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Returning to “Inhibition of Return” by Dissociating Long-Term Oculomotor IOR From Short-Term Sensory Adaptation and Other Nonoculomotor “Inhibitory” Cueing Effects

journal contribution
posted on 2023-05-18, 22:02 authored by Hilchey, MD, Klein, RM, Jason SatelJason Satel
We explored the nature and time course of effects generated by spatially uninformative peripheral cues by measuring these effects with localization responses to peripheral onsets or central arrow targets. In Experiment 1, participants made saccadic eye movements to equiprobable peripheral and central targets. At short cue-target onset asynchronies (CTOAs), responses to cued peripheral stimuli suffered from slowed responding attributable to sensory adaptation while responses to central targets were transiently facilitated, presumably due to cue-elicited oculomotor activation. At the longest CTOA, saccadic responses to central and peripheral targets were indistinguishably delayed, suggesting a common, output/decision effect (inhibition of return; IOR). In Experiment 2, we tested the hypothesis that the generation of this output effect is dependent on the activation state of the oculomotor system by forbidding eye movements and requiring keypress responses to frequent peripheral targets, while probing oculomotor behavior with saccades to infrequent central arrow targets. As predicted, saccades to central arrow targets showed neither the early facilitation nor later inhibitory effects that were robust in Experiment 1. At the long CTOA, manual responses to cued peripheral targets showed the typical delayed responses usually attributed to IOR. We recommend that this late "inhibitory" cueing effect (ICE) be distinguished from IOR because it lacks the cause (oculomotor activation) and effect (response bias) attributed to IOR when it was named by Posner, Rafal, Choate, and Vaughan (1985).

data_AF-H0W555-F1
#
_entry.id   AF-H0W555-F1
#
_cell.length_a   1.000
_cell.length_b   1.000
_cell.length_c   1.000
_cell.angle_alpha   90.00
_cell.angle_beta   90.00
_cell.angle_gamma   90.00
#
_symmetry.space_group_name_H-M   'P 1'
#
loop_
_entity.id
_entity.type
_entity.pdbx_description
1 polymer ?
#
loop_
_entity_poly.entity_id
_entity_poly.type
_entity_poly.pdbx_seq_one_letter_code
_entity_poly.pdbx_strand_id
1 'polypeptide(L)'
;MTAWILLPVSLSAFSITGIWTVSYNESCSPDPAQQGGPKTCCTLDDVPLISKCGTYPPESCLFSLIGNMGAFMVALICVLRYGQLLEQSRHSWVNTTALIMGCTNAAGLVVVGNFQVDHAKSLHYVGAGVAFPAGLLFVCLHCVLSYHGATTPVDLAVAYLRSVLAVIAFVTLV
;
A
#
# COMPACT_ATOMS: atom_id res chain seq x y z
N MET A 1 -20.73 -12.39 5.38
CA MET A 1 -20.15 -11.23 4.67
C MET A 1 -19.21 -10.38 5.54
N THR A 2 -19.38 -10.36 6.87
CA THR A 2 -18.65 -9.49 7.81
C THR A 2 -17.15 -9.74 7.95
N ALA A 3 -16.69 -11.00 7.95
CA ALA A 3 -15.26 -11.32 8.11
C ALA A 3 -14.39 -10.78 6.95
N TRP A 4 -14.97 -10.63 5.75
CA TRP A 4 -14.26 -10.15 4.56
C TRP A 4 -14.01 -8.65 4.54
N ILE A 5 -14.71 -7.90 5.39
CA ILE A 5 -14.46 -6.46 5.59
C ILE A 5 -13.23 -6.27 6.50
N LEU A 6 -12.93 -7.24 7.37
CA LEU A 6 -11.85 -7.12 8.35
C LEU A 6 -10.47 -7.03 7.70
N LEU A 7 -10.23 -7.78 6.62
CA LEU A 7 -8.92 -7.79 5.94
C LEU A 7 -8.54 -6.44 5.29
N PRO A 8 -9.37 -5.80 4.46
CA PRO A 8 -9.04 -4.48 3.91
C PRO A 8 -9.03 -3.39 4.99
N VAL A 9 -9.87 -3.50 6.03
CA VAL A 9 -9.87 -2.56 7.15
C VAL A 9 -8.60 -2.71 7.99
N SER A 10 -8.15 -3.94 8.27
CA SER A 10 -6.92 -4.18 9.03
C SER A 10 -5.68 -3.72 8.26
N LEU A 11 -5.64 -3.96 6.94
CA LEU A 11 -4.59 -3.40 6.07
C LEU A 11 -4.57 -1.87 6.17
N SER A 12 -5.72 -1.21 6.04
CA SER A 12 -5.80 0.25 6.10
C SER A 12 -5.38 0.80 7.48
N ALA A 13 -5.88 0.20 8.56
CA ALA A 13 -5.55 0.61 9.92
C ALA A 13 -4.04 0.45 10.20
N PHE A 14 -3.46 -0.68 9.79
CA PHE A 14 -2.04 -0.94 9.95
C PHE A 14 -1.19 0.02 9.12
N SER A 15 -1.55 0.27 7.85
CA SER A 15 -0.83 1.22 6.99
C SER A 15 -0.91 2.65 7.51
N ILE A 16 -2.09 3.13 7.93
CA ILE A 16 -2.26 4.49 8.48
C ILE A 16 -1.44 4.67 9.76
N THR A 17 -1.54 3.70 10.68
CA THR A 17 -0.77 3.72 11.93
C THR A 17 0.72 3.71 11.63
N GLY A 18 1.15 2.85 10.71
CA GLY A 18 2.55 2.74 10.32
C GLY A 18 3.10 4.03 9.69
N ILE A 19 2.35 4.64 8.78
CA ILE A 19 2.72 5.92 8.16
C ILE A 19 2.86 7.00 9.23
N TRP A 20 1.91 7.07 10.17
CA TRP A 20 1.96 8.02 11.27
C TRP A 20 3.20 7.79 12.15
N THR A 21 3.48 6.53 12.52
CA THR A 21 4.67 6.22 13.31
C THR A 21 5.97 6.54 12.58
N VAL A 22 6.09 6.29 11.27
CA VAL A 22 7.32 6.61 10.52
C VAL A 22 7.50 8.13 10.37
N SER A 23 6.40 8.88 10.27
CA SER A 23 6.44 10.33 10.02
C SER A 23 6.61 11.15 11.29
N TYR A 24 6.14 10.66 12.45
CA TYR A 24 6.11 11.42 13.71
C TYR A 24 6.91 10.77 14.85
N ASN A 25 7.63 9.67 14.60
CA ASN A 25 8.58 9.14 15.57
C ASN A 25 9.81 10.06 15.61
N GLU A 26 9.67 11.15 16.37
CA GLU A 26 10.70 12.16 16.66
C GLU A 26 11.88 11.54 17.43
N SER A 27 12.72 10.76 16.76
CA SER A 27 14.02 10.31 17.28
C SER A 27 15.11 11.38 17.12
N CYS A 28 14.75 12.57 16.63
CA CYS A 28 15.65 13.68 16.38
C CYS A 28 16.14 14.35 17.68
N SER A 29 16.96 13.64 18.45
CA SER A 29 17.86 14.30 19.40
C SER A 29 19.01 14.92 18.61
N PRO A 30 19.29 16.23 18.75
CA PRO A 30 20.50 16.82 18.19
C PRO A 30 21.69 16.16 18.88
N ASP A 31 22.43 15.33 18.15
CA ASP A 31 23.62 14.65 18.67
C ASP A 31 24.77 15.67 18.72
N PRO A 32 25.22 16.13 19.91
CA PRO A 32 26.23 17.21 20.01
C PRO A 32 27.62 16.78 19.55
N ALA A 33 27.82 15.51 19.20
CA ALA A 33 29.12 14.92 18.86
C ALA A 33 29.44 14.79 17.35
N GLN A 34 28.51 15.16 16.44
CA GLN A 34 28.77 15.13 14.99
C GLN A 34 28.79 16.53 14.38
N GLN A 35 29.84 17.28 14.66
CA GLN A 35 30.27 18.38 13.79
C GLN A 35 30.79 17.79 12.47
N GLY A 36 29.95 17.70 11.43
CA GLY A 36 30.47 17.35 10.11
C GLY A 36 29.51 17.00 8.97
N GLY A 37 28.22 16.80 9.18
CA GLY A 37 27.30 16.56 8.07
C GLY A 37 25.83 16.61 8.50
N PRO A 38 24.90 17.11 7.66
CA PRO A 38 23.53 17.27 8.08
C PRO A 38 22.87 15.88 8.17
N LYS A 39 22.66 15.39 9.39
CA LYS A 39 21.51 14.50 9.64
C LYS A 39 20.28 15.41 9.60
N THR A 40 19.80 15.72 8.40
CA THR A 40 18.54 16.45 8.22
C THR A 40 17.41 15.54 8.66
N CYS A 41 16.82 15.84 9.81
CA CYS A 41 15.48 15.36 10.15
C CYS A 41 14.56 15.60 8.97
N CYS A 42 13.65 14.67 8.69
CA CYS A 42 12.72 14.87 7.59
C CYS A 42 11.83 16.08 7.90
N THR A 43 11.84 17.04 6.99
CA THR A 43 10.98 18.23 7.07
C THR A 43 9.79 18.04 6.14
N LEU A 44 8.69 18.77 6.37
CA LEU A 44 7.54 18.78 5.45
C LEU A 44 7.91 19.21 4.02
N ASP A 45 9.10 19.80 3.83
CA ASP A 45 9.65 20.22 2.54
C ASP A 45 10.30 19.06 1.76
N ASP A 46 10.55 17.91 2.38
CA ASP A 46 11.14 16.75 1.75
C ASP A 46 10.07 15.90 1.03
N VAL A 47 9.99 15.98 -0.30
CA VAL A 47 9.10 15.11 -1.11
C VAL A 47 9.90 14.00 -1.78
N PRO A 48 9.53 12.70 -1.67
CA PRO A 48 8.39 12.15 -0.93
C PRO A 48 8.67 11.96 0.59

Publication title

Journal of Experimental Psychology










School of Psychological Sciences


Amer Psychological Assoc

Place of publication

United States

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Copyright 2014 American Psychological Association

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